1. Interesting self-study. Kudos to you for making all this science-y stuff easy to read. Cheers!

  2. Thanks Viper. That's nice of you to say. In Indiana, I was an adjunct prof at Ivy Tech Community College for algebra and chemistry. I enjoyed the challenge of breaking down abstract theories into understandable ideas.

    One of my pet peaves is when experts explain complicated topics with uncommon terms and expect their audience to figure it out for themselves. It always makes me wonder how well the expert really understands what they are talking about

  3. I did perform a similar test. It was a little less mileage this week -- 7 miles (~1 hour in between tests, and then retest half hour after rest). The run was less long run and more race pace tempo, so effort level was a bit higher than normal weekend run, and the only consumption was water between tests.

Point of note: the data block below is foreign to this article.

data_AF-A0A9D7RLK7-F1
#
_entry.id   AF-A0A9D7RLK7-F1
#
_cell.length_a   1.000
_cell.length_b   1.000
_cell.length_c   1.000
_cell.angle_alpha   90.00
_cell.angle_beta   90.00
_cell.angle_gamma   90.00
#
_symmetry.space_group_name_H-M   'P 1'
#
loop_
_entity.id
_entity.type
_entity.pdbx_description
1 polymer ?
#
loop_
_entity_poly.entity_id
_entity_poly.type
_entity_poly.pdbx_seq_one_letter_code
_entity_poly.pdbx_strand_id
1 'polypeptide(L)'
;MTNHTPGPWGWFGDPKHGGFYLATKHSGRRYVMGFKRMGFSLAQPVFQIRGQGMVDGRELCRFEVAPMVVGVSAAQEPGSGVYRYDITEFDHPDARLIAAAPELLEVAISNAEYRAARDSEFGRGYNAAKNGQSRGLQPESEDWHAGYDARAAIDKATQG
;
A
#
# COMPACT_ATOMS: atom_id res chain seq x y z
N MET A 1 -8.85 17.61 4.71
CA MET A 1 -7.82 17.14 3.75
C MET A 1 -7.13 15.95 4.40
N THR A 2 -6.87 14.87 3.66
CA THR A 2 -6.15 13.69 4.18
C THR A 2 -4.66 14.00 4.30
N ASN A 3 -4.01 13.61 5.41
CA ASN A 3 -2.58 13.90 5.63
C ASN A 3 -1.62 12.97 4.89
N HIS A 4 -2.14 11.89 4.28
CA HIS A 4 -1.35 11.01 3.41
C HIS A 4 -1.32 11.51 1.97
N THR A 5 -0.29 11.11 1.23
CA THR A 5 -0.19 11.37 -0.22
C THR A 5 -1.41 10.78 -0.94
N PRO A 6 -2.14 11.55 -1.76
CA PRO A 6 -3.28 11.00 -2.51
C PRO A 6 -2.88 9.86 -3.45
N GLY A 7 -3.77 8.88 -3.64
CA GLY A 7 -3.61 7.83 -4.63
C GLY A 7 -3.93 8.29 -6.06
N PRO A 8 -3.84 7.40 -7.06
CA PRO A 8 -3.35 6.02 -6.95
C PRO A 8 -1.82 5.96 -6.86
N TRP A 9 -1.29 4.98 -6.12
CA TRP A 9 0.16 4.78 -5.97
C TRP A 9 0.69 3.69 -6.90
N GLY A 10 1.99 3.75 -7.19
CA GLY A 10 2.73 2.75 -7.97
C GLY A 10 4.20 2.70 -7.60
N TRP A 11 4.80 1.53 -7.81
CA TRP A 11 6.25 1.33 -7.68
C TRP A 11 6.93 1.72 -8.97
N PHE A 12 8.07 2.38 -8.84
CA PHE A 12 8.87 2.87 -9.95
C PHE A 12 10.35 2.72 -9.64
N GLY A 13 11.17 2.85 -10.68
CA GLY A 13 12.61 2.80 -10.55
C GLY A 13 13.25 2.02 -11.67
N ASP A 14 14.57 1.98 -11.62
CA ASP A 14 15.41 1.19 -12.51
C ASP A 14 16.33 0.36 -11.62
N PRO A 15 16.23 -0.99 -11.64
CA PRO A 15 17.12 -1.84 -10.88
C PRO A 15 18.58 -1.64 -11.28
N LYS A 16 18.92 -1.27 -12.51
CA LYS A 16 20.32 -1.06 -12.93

6:55AM - Starting fasting reading - 87
    8:05AM - Post 7 mile (race-pace) - 88
    8:35AM - Half hour rest - 74

    I am not sure what this says in comparison to your testing, but I thought the 13 point drop was interesting following a half hour rest. If that means I did have a somewhat elevated response after a hour of running, and then once the stress stopped, it fell back down to a true number.

  4. Kent, first I noticed your resting blood sugar is a little lower than mine, but not much I guess. Second, your blood sugar didn't spike up during the run, maybe due to your pace? Third, we both saw a drop in blood sugar after some rest.

    I'm really curious why you didn't see a jump up in blood sugar like I did. It would have been interesting to get a reading about half way through the run, maybe while on the run. I'm imagining a little fanny pack. Instead of reaching for some Gu, you reach for a lancet! I did an interval workout on Sunday and thought about getting some readings. I'll have to measure at faster pace. Thanks for sharing.

  5. Interesting post! I've seen much the same thing: blood glucose rises to ~125 and stays there for at least the first 10 miles. I've never tested at the end of a say a 50k race though I should just to see where it's at. When I was just starting low carb, I had a hint of hypoglycemia (level of 70) after 10 hard hilly trail miles, but never since I adapted to carb restriction.